What is it? The 2012 Lotus Evora. Not only does it answer some of the most major criticisms of the car, it also shows the direction Lotus cars will take in the future.
The company has ambitious plans to produce far more expensive cars, and the improvements to the Evora are the first steps towards being able to give the customers the quality they expect.
In the Evora, Lotus has worked particularly hard to raise the perception of quality inside, and the lessons it learns here will benefit buyers of the Esprit, Elan and Elite in the future.
What's it like to drive? There are only minimal mechanical changes, so the Evora remains superb to drive, with a simple chassis and beautifully balanced suspension.
However, the few minor revisions are effective. First, the new exhaust system gives the car a far more sporty sound; secondly, revisions to the flywheel and engine mounts make the engine more responsive; and, thirdly, the gearchange is much better.
Admittedly, it's still far from perfect, but it now requires less man-handling to get from one gear to another, while the simple measure of replacing the rounded gearlever top with one more moulded to the shape of the hand makes it far easier to use.
What's it like inside? Lotus' revisions are noticeable from the moment you open the door. However, the beauty of it is that, although most of the changes are pretty minor, they add up to a big improvement.
There's no better example of this than the interior door pull. In the 2011 car, it was a single piece of plastic attached rather crudely to the door; and, although it's the same piece in the 2012 car, it's attached more solidly, wrapped in leather and with a piece of foam between that and the plastic underneath. It immediately gives the cabin a feel more worthy of car as expensive as this.
All around, there are plenty of similarly effective quick fixes: a new door locking mechanism means there are no interior pop-up lock indicators on the doors; kick plates gleam in the door sills; the new steering wheel feels much nicer to hold; the leather on the seats is of better quality, with smarter stitching; and all the leather trim has foam underneath to give a soft-touch feel.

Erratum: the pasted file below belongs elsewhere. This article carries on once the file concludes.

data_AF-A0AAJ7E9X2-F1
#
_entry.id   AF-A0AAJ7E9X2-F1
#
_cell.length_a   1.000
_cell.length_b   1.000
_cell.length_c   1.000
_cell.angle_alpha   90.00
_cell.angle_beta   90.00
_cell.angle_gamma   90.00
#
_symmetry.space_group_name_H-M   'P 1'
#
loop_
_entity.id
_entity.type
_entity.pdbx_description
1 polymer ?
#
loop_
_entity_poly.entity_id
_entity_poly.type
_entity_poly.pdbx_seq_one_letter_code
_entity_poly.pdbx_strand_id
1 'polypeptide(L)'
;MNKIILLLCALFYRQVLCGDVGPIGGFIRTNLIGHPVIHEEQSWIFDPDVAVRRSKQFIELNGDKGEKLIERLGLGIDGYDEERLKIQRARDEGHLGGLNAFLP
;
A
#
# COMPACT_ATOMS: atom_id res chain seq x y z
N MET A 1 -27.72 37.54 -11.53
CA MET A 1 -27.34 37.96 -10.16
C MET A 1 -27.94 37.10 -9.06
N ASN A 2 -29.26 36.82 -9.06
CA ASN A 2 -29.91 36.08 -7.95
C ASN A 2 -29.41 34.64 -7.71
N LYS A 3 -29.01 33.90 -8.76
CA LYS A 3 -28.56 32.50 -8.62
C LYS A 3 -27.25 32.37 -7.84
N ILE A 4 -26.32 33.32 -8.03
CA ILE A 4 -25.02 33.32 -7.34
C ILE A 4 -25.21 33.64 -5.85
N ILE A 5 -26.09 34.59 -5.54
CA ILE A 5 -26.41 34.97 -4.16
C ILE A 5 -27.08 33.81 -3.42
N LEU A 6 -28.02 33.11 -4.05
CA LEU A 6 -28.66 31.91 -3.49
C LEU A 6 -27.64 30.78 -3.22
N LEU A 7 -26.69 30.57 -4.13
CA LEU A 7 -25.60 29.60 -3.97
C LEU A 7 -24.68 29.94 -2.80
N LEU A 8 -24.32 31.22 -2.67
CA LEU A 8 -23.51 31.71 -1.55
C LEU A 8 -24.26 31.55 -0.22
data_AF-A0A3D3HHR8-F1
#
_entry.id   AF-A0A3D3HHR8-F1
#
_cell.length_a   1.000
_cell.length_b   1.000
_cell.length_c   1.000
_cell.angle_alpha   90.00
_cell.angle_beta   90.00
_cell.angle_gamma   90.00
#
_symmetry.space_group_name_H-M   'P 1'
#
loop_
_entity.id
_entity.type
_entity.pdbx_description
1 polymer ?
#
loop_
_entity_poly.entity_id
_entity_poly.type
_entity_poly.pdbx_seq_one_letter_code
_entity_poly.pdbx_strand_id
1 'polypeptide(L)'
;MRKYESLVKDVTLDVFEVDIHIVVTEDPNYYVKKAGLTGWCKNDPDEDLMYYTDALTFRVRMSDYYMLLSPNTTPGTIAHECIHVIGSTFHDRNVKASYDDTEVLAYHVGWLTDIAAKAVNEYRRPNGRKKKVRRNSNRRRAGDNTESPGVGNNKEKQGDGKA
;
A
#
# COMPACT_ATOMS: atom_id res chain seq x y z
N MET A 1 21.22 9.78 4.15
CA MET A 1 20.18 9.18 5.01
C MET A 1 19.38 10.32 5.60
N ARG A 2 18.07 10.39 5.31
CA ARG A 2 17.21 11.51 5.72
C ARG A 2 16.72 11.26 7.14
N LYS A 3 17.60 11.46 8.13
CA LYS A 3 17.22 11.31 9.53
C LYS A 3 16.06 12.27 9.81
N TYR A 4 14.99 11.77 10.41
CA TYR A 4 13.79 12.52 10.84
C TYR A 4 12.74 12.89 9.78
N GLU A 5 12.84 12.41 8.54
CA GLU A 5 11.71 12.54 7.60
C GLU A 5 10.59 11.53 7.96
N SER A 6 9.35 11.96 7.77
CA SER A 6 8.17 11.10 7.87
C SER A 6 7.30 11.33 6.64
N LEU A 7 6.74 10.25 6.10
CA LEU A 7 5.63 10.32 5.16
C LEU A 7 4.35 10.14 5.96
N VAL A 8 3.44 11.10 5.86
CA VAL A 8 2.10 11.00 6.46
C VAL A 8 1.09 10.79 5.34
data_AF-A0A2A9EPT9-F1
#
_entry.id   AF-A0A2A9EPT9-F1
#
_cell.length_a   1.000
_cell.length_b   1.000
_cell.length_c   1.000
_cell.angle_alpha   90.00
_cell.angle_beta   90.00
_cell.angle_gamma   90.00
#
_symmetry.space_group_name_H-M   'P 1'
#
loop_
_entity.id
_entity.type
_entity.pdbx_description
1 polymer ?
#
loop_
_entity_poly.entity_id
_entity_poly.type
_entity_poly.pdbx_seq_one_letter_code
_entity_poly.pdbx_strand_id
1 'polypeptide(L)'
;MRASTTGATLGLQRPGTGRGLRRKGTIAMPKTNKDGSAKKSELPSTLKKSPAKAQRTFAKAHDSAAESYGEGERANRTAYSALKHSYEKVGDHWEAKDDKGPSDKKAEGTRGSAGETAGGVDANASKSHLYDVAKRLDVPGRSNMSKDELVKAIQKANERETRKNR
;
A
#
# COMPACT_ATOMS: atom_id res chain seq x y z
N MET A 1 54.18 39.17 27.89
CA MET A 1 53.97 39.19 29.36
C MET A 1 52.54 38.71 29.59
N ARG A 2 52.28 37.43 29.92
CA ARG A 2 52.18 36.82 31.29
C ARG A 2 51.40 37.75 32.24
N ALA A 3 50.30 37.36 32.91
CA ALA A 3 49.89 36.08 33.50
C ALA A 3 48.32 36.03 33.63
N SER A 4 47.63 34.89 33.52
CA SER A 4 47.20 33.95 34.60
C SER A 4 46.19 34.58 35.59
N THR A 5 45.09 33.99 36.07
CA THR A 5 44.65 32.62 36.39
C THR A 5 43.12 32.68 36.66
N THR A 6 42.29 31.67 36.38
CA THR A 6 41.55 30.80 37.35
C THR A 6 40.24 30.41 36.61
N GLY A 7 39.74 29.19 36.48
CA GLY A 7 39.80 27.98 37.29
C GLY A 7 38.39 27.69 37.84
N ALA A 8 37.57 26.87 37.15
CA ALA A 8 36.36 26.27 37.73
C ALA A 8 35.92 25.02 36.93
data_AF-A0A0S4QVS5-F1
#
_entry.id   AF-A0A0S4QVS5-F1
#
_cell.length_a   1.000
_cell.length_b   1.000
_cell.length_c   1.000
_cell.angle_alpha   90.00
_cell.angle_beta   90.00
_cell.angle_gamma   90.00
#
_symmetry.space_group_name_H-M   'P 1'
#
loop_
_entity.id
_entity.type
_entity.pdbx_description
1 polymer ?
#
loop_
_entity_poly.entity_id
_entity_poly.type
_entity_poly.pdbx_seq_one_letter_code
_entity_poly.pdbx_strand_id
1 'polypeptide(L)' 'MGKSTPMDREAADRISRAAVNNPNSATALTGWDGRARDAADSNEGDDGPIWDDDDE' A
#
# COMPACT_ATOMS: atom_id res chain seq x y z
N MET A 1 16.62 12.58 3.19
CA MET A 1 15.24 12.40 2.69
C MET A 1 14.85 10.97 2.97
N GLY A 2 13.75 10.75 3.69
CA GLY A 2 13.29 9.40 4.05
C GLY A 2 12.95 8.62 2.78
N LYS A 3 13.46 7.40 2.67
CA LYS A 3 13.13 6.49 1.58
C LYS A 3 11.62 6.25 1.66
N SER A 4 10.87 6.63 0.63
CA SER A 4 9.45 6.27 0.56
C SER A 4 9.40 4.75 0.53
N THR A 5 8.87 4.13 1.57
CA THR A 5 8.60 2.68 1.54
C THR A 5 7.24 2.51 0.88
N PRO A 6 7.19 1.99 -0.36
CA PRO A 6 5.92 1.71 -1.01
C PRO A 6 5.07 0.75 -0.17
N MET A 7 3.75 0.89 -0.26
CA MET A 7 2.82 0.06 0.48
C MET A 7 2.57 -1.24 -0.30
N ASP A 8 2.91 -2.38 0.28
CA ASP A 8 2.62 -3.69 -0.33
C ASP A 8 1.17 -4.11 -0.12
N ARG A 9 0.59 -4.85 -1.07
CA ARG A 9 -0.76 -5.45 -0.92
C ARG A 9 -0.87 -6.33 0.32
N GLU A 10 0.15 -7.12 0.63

The result is that the faint whiff of kit-car in the cabin has gone – quite literally, in fact, because another revision was to use a less odorous glue. Admittedly, the quality here still won't be giving any Audi or Mercedes engineers sleepless nights, but the car is now more worthy of comparison with such exalted company.
Sadly, though, there are some things that Lotus couldn't change. So, the poor ergonomics and largely unreadable dials remain, as does the dreadful rear visibility. However, the company is already talking of the revisions to feature on the 2013 car, and has hinted that some of these will be addressed in 12 months.
Should I buy one? We already loved the Evora – it was Highly Recommended in the Performance Car class of this year's Car of the Year awards – and these revisions only improve it without adding much to the cost, so it remains one of our favourite cars. Trouble is, we know that, in a year's time, we'll see another series of revisions – and, given how much the company has achieved in the four months these changes took to implement, imagine what they could manage in 12.
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